by Martin van Creveld
PublicAffairs, 2011, 512 pp., $35
The Culture of War
by Martin van Creveld
Presidio Press, 2008, 512 pp., $35
The world of U.S. defense policy today resembles nothing so much as an Etch A Sketch being reset: It is being turned upside-down and shaken. For close to a decade, ongoing wars in Iraq and Afghanistan, and the shadowy campaign against terror, have been nearly all-consuming concerns for military and other national security decision-makers. Defense and intelligence spending has been essentially uninhibited. Now a very different landscape lies before us: Iraq is receding as an everyday concern, force commitments to Afghanistan are declining, and budgetary belts are painfully tightening.
What should come next in a world of uncertain threats and speculative enemies? Getting ready for the next counterinsurgency mission? Preparing for war with China (either because it is inevitable or because we must deter it)? Limited interventions in other people’s civil wars? What possibilities are safe to ignore? And what military forces are best suited to dealing with these possibilities? The answers to these questions matter now, because the investment choices we must make today will do much to determine what tools we have at our disposal for decades to come.
Into this context steps the prolific Israeli military historian Martin van Creveld with his newest book, The Age of Airpower. Van Creveld’s latest would seem to have arrived at a most opportune time, for it raises questions about just such fundamental issues. Regrettably, however, the answers mostly disappoint.
At first glance, the title of The Age of Airpower suggests a paean to its subject. Instead it is an obituary, a Romanesque rise-and-decline story in which airpower bursts onto the scene, enjoys a glorious but fleeting heyday in the mid-20th century, and then enters an era of gradual decline as it degenerates, left behind by the march of history. The book purports to be a comprehensive history of its subject from the earliest use of warplanes to the present, and it claims further to tell us history’s verdict on airpower, both present and future. Despite the author’s engaging style, these claims end up unredeemed, at times annoyingly so.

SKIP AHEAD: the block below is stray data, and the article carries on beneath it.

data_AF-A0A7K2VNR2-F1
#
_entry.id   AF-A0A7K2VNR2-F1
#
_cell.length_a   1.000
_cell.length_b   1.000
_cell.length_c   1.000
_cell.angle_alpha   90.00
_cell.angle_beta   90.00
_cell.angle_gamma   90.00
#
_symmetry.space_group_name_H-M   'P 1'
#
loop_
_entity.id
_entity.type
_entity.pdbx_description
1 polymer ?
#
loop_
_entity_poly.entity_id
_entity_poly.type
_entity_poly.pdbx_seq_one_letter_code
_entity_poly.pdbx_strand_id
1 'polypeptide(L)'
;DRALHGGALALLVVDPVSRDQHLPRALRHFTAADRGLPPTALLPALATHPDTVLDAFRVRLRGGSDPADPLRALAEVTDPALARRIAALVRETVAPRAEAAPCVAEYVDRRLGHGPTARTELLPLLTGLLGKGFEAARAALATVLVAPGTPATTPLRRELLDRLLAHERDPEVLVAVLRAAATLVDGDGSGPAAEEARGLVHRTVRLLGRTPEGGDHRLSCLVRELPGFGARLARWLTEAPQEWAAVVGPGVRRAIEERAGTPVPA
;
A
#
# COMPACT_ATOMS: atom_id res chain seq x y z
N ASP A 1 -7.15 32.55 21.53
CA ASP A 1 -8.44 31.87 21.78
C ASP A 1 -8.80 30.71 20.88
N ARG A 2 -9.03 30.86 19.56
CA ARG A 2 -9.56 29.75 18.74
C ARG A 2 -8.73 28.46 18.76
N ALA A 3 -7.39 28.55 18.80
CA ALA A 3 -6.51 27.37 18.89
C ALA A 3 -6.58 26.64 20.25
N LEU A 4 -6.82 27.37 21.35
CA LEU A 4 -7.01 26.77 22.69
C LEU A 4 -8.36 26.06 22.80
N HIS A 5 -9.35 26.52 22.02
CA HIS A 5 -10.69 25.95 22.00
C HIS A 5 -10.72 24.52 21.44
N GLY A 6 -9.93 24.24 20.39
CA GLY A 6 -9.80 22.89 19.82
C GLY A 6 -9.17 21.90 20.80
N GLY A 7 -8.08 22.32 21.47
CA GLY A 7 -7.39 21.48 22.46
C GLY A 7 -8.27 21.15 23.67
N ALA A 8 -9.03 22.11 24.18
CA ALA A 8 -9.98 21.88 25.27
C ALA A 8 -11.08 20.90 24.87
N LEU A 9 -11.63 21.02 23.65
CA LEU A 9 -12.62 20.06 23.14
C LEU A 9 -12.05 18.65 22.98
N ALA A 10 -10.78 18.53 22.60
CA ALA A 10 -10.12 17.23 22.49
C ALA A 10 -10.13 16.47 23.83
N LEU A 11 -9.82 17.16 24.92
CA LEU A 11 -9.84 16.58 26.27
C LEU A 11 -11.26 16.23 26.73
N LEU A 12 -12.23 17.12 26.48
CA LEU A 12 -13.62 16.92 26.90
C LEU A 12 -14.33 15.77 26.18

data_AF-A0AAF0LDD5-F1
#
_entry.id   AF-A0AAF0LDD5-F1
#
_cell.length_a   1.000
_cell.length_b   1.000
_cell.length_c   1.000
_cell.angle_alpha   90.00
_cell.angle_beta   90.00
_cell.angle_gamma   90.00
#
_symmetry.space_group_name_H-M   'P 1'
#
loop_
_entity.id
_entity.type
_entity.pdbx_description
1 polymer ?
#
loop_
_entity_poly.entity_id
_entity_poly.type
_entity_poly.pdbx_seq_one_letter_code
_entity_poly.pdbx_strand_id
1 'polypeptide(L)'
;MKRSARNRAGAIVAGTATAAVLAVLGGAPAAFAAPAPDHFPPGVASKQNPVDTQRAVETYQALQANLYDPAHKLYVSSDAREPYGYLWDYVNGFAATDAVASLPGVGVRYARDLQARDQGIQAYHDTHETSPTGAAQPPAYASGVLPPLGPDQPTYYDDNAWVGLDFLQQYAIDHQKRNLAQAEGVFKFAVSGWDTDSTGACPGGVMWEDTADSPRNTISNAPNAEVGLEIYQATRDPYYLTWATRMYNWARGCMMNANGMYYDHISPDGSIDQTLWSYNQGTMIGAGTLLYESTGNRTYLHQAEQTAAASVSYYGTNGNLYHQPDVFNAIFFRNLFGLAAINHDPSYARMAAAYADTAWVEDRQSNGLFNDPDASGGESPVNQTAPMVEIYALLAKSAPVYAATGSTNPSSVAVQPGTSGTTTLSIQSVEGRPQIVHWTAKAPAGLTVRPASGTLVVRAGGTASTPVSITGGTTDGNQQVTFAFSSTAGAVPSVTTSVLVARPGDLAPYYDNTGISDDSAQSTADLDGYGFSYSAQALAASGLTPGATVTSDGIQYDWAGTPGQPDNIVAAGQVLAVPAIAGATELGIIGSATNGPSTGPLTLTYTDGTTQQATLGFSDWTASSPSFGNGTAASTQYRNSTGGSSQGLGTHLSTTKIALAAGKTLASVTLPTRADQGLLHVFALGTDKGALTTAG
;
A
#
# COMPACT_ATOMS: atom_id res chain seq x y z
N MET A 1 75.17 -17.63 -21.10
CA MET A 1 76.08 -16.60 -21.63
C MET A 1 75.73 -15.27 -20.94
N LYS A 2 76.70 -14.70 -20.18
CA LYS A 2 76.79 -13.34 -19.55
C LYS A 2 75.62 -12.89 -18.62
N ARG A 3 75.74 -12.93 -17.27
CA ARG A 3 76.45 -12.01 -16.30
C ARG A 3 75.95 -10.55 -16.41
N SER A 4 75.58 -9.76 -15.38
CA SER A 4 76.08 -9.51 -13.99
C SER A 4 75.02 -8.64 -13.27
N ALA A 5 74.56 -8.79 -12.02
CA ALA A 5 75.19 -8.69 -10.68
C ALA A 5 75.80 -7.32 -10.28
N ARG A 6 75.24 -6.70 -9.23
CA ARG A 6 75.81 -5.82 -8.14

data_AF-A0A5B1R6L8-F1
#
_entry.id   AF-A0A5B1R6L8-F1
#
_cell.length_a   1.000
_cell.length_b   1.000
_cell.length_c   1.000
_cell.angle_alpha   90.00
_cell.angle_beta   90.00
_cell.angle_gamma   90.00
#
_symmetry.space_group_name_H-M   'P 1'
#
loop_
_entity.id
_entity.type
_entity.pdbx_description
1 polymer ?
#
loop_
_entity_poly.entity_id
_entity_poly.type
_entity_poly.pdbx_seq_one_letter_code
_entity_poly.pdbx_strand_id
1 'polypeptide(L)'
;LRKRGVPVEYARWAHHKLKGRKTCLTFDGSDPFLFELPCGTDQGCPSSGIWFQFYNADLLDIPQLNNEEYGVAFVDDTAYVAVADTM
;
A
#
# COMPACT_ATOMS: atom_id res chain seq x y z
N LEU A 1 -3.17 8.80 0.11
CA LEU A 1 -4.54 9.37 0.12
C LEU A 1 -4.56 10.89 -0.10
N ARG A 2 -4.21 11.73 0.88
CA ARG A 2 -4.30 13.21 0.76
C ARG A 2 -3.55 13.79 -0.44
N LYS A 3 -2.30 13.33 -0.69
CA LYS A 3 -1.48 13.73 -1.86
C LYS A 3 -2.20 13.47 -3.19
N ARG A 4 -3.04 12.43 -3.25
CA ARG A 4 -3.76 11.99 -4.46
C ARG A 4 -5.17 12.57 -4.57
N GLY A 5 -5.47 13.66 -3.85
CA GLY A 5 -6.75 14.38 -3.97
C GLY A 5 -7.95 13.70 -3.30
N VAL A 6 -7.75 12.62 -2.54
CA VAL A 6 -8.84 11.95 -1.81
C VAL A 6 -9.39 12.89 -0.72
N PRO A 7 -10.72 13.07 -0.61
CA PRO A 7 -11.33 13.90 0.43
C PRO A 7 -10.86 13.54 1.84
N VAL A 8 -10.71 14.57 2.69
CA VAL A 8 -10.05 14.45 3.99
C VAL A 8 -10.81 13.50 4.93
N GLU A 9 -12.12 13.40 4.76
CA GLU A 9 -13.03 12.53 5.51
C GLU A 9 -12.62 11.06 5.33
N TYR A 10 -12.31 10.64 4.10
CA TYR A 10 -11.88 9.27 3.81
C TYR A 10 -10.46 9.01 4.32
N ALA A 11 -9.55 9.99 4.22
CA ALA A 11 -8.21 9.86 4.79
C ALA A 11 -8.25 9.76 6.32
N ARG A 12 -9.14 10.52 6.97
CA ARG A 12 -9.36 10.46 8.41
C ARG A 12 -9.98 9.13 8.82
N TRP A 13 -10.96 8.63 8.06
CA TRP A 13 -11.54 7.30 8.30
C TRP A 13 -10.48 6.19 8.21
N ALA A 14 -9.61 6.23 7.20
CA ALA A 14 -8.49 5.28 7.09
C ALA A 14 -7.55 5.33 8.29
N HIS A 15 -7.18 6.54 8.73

The Age of Airpower fails its most basic test by repeatedly failing to get the history right. It is riddled with factual errors, many involving easily checked details about airplanes, ships, armament, and aircraft designations and names, along with incorrect dates, descriptions of events and order-of-battle accounts. Several can be traced to the author misreading Wikipedia entries, which constitute a surprisingly large proportion of the citations. Descriptions of the development of air-to-air missiles and precision-guided munitions (as well as of ancient and modern warships) conflate details of different technologies, indicating a lack of understanding of how these systems actually work.
Some errors are just puzzling, as when van Creveld asserts that the name of the 1980–88 Iran-Iraq War is a misnomer because Iraq was the aggressor—as if the order of precedence in hyphenated war names are normally based on who started the fight. (This supposed convention would no doubt surprise participants in the Russo-Japanese War.) Equally puzzling is van Creveld’s explanation for the Finnish Air Force’s use of a swastika insignia in World War II, which he says testifies to their close ties with the Luftwaffe. In fact, the Finns adopted the insignia in 1918, long before the Nazis came to power and before there even was a Luftwaffe. (A popular Finnish folk symbol, the swastika also appeared in national heraldry and even in postage stamp watermarks well before Hitler’s rise to power.)